That was fun!

That accurate description of the ARRL DX Contest was penned by Dale WC7S in a posting to the QRP-L email reflector. While my results are not even in the same zip code as Dale’s, I have to agree with his assessment. The ARRL DX Contest was fun.

Not a contester by any stretch of the imagination, I set a goal for myself of making at least 100 contest contacts. In a little over 4 hours of operating time, I did just that, and a few more for good measure. 10 and 15 Meters were alive, hot and fantastic. I tuned up and down the bands, and I was able to work just about anyone that I tried to.

More than 90% of my QSOs were accomplished with QRP power. There were instances where I turned up the power to 75 Watts in order to complete the exchange. I didn’t tally how many different countries I worked, but it had to be more than 50. So, if I was new to QRP DX hunting, and had decided to begin trying for QRP DXCC, I would have been more than halfway there in one weekend.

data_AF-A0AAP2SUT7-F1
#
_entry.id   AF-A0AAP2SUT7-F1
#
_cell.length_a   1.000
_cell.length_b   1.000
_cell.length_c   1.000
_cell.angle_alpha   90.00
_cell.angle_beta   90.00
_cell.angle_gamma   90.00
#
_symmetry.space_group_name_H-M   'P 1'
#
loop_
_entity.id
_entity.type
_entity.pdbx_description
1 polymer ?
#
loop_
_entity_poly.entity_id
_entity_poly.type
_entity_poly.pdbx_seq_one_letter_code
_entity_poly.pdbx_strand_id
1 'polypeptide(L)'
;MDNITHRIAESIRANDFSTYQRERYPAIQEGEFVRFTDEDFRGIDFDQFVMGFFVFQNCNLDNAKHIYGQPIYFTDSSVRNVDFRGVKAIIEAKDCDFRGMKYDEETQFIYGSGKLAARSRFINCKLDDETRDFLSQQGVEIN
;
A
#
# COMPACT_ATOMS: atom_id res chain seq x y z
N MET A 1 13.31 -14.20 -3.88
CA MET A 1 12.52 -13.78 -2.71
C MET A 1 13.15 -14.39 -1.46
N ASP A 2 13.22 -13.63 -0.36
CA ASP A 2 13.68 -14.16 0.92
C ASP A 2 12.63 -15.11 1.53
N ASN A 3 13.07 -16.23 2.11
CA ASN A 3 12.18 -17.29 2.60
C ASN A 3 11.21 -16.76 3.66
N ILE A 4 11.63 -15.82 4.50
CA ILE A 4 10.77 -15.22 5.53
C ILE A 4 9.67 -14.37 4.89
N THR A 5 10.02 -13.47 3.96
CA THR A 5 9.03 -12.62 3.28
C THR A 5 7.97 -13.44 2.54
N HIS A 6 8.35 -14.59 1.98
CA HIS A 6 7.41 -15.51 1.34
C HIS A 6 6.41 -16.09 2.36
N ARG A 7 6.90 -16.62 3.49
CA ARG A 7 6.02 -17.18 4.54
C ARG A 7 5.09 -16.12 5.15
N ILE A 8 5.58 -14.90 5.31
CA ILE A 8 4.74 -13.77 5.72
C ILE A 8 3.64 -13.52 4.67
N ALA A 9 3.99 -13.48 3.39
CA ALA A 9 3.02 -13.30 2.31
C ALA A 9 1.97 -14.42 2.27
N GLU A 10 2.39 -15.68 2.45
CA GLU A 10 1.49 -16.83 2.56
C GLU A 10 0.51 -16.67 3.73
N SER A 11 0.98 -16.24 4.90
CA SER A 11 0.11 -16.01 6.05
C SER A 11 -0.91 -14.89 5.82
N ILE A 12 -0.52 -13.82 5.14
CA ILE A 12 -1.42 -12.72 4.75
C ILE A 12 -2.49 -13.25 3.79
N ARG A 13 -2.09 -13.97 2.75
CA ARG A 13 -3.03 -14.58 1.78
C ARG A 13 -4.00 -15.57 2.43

I jumped to 20 Meters late in the game. The band seemed to be just as active as 10 and 15. There were a few stations there that I had heard on the other two bands.

Lessons learned:

1) All the station equipment is working well, especially the new KXPA100.
2) Both my antennas are still working well.
3) QRP DXing is a hoot, even when you work countries that you have worked before.

72 de Larry W2LJ
QRP – When you care to send the very least!

Larry Makoski, W2LJ, is a regular contributor to and writes from New Jersey, USA. Contact him at [email protected].

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